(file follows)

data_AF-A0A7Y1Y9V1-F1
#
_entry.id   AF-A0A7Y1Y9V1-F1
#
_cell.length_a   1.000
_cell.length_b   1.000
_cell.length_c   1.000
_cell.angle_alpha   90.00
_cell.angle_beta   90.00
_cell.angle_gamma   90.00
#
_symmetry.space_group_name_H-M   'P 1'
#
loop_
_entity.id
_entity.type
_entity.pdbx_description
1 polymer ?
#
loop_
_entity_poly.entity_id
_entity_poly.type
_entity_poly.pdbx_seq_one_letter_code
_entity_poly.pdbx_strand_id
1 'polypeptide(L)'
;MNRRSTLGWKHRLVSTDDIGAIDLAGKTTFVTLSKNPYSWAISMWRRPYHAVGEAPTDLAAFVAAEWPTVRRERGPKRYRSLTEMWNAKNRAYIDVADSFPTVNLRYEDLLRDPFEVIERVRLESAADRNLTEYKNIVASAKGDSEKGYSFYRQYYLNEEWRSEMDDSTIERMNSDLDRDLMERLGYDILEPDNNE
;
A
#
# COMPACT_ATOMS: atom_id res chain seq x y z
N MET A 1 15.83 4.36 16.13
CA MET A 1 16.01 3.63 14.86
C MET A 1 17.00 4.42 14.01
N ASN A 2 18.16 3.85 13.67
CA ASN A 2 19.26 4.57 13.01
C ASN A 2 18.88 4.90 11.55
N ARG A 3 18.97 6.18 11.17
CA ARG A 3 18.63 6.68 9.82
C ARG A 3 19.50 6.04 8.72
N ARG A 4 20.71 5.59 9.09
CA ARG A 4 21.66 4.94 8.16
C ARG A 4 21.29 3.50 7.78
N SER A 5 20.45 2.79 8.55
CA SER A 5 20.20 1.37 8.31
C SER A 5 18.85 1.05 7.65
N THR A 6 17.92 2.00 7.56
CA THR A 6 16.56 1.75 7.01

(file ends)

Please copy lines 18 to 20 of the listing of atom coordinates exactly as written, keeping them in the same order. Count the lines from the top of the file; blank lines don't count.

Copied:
1 polymer ?
#
loop_